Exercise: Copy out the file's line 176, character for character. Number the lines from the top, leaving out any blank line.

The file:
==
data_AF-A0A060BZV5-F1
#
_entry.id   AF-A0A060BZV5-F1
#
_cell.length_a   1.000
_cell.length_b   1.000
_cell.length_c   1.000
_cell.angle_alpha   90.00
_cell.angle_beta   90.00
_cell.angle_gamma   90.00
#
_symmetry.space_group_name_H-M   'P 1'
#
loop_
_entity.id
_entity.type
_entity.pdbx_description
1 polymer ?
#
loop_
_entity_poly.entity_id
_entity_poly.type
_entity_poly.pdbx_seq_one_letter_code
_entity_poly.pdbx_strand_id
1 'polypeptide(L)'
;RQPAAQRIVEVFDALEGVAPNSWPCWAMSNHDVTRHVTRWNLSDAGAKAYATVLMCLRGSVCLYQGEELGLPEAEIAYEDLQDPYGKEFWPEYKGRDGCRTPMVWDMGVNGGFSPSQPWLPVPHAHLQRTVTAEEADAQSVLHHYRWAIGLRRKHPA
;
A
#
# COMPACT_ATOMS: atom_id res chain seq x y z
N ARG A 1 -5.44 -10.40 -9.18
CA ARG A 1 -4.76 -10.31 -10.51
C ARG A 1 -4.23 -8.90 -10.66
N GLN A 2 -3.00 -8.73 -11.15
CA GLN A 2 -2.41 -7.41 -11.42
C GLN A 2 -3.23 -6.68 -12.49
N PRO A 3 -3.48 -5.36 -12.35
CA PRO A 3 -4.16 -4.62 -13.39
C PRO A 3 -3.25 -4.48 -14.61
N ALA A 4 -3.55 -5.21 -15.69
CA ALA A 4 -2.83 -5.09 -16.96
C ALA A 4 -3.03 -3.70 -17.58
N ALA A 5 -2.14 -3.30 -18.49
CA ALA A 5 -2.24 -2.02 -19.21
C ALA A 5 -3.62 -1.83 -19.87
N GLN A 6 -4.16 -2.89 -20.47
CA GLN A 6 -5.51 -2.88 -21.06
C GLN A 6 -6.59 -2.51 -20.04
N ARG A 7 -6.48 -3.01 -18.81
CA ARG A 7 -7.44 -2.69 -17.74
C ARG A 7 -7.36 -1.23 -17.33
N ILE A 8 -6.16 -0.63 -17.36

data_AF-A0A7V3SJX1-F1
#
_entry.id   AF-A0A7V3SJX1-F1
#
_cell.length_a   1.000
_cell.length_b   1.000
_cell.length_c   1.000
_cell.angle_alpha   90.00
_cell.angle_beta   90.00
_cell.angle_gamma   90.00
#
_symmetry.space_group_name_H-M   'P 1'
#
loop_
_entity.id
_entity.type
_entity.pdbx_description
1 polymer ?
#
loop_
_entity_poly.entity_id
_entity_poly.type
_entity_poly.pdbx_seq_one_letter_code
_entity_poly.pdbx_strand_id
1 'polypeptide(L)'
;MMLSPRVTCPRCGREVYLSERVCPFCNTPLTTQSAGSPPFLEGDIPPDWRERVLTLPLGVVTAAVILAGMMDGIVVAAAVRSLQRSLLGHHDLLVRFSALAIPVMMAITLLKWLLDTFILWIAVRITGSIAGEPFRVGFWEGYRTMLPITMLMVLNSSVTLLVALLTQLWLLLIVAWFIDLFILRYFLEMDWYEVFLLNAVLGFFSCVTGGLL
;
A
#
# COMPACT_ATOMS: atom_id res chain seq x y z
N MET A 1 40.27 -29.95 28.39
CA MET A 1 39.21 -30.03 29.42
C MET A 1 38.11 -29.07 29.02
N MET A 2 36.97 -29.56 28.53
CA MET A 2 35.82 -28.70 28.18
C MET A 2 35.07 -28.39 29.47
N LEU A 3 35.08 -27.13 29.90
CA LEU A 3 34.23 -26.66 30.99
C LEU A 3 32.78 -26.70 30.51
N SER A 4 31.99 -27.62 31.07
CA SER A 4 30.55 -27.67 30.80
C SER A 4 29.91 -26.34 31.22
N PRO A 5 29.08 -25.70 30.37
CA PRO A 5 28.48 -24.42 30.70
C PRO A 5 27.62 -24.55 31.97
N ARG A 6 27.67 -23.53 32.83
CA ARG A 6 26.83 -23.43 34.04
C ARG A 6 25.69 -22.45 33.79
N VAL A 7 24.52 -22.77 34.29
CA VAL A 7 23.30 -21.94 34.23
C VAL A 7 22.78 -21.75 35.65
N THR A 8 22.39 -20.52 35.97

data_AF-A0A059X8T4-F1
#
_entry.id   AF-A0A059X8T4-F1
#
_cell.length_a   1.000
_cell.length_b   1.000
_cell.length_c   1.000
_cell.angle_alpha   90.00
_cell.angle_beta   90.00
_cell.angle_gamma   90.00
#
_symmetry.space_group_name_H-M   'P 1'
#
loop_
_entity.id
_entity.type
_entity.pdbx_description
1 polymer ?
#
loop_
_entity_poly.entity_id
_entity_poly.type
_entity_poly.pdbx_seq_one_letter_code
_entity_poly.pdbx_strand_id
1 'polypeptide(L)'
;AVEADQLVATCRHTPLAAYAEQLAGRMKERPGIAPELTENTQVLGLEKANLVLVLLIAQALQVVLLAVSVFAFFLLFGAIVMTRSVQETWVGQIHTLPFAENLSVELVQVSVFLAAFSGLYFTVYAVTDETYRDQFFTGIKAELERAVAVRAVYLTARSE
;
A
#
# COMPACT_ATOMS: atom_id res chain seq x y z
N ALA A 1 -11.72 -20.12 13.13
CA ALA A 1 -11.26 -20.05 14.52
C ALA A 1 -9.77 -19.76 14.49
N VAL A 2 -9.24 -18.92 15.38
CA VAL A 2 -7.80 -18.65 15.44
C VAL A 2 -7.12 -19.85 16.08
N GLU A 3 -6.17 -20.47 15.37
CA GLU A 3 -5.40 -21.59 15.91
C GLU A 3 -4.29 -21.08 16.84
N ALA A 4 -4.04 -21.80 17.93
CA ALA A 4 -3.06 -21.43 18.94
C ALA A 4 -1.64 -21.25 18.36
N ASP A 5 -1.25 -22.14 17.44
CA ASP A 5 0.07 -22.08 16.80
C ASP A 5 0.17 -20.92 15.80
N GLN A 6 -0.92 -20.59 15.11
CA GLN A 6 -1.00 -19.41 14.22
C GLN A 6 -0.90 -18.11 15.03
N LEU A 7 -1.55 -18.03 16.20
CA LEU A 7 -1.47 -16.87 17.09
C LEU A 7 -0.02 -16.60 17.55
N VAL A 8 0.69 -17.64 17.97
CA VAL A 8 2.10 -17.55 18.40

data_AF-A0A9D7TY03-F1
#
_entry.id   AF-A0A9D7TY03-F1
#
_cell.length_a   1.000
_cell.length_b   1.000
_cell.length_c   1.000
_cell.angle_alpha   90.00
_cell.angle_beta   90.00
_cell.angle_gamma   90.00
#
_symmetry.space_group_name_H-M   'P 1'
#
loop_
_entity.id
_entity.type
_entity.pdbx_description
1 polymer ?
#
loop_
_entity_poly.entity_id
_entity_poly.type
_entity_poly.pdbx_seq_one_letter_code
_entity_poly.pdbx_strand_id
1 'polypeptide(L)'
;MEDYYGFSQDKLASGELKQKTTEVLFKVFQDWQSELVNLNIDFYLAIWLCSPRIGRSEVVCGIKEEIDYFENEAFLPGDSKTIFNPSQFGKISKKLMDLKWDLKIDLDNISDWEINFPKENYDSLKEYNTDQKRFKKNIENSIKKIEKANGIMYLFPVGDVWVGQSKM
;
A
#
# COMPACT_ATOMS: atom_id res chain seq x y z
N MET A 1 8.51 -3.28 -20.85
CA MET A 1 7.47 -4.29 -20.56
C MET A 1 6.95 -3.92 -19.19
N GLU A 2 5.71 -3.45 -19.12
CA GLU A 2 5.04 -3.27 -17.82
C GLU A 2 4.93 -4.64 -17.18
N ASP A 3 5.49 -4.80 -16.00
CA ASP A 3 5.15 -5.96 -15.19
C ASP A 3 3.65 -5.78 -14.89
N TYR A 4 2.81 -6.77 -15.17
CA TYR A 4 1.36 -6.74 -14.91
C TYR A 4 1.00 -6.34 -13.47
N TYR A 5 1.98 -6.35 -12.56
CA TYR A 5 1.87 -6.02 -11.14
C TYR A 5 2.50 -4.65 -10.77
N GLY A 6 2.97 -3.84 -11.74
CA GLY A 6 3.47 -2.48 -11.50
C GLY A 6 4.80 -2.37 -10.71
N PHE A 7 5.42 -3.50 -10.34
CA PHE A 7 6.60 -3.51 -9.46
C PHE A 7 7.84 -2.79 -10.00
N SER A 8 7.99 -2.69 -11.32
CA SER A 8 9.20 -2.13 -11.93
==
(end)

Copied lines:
#